Whatever happened to the lost tribes of Israel?

August 21, 2000
By Megan Goldin

DIMONA, Israel, (Reuters) - Living in the shadow of Israel's infamous nuclear reactor, Dimona's Black Hebrews are polygamous vegans who believe they are descended from a lost Israelite tribe.

The community of African-Americans which moved to Israel from the United States in 1969 calls its enclave in the Israeli desert town of Dimona, the Kingdom of Yah.

The Black Hebrews say they are the descendants of an ancient Jewish tribe forced into exile in West Africa and taken to the Americas as slaves centuries ago.

Their white-robed spokesman who calls himself Ahmadiel Ben-Yehuda says the songs about Zion and the Jordan River sung by African slaves as they worked in the fields are evidence of their Israelite roots.

Most scholars dismiss the cult's claims as far-fetched and say the proof to support their belief is tenuous at best.

But even if the Black Hebrews' claims are nothing more than fiction, the fact remains that 2,700 years after the 10 tribes of Israel were taken into exile and vanished, the fate of the lost tribes remains one of history's most intriguing mysteries.

Assyrians took the 10 tribes of Israel into captivity

In 722 BC Assyrian warriors captured the northern Kingdom of Israel which was home to 10 of the 12 tribes of Israel and took the inhabitants into captivity.

The Bible's Book of Kings records they were exiled "in Halah and in Habor by the river Gozan and in the cities of the Medes."

The other two tribes, Judah and Benjamin, which lived in the southern Israelite Kingdom of Judah, were forced into exile by the Romans centuries later in AD 70. Unlike their northern brothers who were assimilated, these tribes maintained their identity and are the ancestors of modern Jews.

Rabbi Eliyahu Avichail has been hunting for the lost tribes for decades. He has undertaken dangerous journeys to Myanmar (formerly Burma) and other war-torn parts of Asia to pursue the descendants of a people who disappeared almost 3,000 years ago.

"I am looking for Jewish customs and Jewish signs among people who are not Jewish. That's what it says in the Bible," Avichail said.

The Pathans of Afghanistan and Pakistan head the list of the peoples Avichail believes are lost tribes.

Avichail says the Pathans' ancient name is "Bnei Yisrael" or the sons of Israel and many of the clans are named after the 10 lost Israelite tribes like Ruben, Asher, Naftali and Ephraim.

But even more convincing are Pathan customs which mirror ancient Jewish rituals still practiced today.

Like Jews, Avichail says, the Pathans marry under a wedding canopy, light candles on the eve of the Sabbath and wear prayer shawls similar to those used by religious Jews. He says they even circumcise their eight-day-old sons as Jews do.

Avichail believes that after the Assyrian conquests, the tribes scattered along the Silk Road to Kashmir, China, Burma and Thailand. He suspects they may have gone as far as Japan.

"We had in the Bible a very clear tradition that the 10 tribes were exiled to the east of Israel and the prophet Isaiah in the Bible told us they will come back from this direction," Avichail said.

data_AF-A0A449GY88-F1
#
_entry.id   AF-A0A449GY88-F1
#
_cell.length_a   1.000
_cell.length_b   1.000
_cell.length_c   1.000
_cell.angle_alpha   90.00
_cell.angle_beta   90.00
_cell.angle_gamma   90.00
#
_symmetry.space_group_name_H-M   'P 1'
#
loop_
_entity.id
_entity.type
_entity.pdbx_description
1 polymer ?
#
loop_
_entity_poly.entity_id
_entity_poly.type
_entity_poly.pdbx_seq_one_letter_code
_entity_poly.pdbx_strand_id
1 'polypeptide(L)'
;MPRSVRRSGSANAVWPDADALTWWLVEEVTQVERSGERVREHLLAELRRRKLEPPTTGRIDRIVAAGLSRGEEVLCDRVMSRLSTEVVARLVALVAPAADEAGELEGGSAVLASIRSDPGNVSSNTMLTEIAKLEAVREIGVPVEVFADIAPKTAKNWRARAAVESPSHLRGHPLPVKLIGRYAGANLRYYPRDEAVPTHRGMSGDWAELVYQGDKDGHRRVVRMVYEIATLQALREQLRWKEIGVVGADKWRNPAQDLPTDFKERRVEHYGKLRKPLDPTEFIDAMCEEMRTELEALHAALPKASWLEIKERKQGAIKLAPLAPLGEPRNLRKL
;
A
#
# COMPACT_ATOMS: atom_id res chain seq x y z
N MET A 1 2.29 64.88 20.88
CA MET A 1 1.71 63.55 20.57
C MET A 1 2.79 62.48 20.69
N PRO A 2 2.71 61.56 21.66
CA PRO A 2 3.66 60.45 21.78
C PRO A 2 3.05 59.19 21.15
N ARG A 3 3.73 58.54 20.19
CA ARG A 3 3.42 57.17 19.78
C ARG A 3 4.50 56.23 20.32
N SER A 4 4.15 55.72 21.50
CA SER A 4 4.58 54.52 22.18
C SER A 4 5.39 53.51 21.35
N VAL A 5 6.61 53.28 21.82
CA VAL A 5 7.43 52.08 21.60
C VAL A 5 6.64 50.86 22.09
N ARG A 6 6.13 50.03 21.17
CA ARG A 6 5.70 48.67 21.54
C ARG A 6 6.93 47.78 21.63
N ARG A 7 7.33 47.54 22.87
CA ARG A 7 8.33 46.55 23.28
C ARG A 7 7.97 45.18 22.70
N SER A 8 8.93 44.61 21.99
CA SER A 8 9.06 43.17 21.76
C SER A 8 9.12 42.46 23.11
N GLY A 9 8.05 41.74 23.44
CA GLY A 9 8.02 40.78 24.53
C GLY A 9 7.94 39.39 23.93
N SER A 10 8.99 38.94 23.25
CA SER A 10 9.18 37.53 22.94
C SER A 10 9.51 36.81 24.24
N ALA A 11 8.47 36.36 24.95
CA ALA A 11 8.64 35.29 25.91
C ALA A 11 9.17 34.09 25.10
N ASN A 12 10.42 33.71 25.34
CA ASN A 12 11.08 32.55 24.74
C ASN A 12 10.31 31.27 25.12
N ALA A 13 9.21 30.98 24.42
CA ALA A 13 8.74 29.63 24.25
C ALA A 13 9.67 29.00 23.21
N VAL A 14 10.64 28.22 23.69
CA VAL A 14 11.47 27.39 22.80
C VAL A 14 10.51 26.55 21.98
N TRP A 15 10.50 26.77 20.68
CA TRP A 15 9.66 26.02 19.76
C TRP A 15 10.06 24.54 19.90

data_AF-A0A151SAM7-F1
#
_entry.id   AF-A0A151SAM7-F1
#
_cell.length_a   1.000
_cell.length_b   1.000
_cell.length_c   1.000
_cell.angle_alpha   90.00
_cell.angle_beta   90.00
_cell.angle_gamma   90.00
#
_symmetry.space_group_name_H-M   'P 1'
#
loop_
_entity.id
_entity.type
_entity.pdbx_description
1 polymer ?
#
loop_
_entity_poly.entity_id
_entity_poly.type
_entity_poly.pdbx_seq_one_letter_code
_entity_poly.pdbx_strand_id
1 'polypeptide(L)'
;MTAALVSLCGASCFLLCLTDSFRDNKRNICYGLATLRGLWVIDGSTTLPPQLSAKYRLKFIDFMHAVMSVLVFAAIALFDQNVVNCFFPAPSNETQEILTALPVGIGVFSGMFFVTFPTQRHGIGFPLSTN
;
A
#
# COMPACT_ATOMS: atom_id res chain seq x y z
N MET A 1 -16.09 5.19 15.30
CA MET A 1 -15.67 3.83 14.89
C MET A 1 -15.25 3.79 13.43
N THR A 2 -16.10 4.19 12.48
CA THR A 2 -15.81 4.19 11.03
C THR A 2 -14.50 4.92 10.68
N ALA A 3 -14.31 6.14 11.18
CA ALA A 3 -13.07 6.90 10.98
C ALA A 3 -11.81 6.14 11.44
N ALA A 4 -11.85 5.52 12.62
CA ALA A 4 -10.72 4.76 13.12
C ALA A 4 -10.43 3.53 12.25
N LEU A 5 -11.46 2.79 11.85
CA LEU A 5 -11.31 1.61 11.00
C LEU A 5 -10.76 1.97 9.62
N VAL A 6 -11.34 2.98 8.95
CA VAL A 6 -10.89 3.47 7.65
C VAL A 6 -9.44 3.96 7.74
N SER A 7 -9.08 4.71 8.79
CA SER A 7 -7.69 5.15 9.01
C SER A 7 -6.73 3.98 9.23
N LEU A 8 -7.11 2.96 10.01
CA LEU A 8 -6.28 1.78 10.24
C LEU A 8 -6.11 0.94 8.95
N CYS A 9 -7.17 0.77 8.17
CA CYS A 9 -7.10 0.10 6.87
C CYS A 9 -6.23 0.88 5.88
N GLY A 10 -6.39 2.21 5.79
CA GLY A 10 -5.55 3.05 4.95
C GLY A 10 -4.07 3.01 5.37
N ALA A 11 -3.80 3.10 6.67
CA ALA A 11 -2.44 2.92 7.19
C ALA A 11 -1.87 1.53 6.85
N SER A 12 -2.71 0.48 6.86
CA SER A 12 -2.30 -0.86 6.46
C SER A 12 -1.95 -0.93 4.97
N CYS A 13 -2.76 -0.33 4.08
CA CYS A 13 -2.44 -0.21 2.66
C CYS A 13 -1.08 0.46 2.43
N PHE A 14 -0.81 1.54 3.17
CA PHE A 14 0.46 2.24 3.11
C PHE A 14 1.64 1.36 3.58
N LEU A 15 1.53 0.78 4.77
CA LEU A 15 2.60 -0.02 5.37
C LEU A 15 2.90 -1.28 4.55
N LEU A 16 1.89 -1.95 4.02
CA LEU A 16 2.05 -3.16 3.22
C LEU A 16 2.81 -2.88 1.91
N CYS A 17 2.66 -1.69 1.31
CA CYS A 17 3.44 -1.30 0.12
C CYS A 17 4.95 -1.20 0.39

Not content to just study Isaiah's prophesies, Avichail is trying to fulfil them by bringing people he believes to be from the lost tribes back to Judaism and the Holy Land.

The tribe of Menashe tribe may be living in East Asia

One of Avichail's biggest success stories is the Shinlung people from the Myanmar-Indian border who believe they are the Israelite tribe of Menashe. He has already helped around 500 of them move to Israel and convert to Judaism.

According to Shinlung legends they are one of the 10 tribes of Israel that was exiled in China and later expelled to where they live today. They practice sacrifices similar to those in the Bible and celebrate holidays reminiscent of ancient Jewish harvest festivals.

So strongly do they believe they are Jews that some members of "the tribe of Menashe," as they call themselves, have begun to practise Orthodox Judaism and teach their children Hebrew.

Esther Thangjom moved to Israel and converted to Judaism to fulfil her belief the tribes must return to the Holy Land. Thangjom, who proudly wears a Star of David around her neck, has no doubt that she is descended from the tribe of Menashe.

"As a child every time something was mentioned about Israel my heart would move," she said.

Cynical experts say lost tribes are lost forever

Dr Rivka Gonen, an archaeologist and the curator of Jewish ethnography at the Israel Museum in Jerusalem, believes the 10 tribes have disappeared for good.

She says it is inconceivable that people exiled thousands of years ago would have retained any semblance of their Jewish heritage.

Gonen said that even in the Bible it says the 10 tribes were conquered because they were not practicing Jewish customs and worshipped idols. She says there is no reason to expect they kept Jewish rituals in exile when they didn't do it at home.

"Wherever you find a tribe claiming they belong to the 10 lost tribes, you always find the fingerprints of Christian missionaries or romantics who came with the Bible and when they found vague similarities of names and customs, they immediately saw it as proof," Gonen said.

She says the methods used to trace the lost tribes is not at all scientific either anthropologically or linguistically as many languages have words which sound similar and rituals like circumcision are not uniquely Jewish.

Many of the theories border on the absurd, says Gonen, like the British-Israelites who claim the British people are from the 10 tribes or those who say the Danes are from the lost tribe of Dan.

"People are attracted to mysteries of the past and this is one of them because the tribes were exiled and God promised they would return," she said.

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